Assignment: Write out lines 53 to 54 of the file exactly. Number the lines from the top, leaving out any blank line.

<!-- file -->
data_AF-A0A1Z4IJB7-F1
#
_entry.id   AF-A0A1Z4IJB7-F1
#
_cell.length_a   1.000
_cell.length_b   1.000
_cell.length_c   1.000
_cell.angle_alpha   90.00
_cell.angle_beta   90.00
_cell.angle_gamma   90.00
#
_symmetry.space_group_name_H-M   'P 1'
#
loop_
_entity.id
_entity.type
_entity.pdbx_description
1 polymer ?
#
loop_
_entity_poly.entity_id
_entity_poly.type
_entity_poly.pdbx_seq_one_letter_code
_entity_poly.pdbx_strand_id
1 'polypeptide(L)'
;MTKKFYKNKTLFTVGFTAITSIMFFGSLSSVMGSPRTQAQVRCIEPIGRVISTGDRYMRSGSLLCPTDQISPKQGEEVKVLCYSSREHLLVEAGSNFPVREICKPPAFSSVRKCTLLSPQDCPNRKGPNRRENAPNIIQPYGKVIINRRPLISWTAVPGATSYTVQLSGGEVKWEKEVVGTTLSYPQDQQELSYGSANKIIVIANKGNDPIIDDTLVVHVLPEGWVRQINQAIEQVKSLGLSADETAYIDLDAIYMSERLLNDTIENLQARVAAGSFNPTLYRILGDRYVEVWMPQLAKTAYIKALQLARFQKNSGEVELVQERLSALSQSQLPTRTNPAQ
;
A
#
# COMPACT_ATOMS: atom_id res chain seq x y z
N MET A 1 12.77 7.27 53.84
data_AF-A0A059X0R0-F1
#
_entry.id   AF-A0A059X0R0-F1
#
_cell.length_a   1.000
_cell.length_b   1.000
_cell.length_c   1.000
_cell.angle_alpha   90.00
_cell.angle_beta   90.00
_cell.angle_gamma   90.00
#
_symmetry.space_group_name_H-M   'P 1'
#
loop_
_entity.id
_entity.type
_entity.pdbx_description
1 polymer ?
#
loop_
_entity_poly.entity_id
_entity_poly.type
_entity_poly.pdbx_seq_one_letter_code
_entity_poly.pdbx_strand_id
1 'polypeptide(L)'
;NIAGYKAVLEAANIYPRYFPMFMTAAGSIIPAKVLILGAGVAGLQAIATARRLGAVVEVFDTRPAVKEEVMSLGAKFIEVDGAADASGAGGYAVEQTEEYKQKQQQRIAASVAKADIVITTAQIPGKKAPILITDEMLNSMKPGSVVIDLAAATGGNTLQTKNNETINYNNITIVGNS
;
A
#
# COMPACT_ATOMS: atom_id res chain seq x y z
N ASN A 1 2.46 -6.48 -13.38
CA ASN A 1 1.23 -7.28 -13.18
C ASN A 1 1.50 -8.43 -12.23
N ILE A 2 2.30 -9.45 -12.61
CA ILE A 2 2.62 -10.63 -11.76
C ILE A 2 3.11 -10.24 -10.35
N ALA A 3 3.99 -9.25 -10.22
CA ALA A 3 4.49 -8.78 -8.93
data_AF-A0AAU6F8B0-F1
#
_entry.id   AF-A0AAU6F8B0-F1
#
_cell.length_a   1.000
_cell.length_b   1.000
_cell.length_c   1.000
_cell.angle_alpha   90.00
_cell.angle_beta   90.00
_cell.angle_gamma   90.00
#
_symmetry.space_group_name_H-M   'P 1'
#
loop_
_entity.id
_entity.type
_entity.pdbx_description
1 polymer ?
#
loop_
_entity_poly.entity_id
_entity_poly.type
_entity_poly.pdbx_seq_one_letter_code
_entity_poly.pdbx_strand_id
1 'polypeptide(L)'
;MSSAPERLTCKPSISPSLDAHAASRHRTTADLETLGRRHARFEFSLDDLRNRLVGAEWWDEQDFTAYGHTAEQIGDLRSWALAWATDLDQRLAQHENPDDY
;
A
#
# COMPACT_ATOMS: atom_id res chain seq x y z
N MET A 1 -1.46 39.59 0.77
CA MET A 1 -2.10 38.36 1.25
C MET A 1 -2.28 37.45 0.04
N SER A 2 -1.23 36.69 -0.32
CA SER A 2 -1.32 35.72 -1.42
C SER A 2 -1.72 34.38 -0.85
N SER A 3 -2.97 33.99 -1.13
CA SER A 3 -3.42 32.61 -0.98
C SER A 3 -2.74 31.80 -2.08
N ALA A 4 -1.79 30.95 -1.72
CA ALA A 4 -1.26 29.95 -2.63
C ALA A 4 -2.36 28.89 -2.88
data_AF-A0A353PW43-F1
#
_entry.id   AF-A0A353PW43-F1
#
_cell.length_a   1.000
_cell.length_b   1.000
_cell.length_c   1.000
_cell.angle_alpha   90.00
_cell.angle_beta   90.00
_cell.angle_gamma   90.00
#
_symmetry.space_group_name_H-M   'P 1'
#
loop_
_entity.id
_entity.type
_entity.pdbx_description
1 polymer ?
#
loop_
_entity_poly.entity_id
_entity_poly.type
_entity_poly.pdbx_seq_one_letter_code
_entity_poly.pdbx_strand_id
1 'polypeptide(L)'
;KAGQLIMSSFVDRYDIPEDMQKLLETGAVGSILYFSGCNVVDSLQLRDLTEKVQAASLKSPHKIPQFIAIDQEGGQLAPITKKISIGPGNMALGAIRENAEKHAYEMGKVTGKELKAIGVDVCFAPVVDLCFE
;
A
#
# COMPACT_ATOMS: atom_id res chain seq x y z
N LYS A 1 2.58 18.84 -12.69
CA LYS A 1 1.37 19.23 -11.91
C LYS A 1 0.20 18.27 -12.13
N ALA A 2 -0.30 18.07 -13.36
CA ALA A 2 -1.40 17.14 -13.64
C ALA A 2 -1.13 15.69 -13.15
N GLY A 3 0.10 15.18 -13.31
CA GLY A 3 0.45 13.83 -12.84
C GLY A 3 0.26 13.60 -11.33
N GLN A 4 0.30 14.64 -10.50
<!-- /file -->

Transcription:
_entity_poly.type
_entity_poly.pdbx_seq_one_letter_code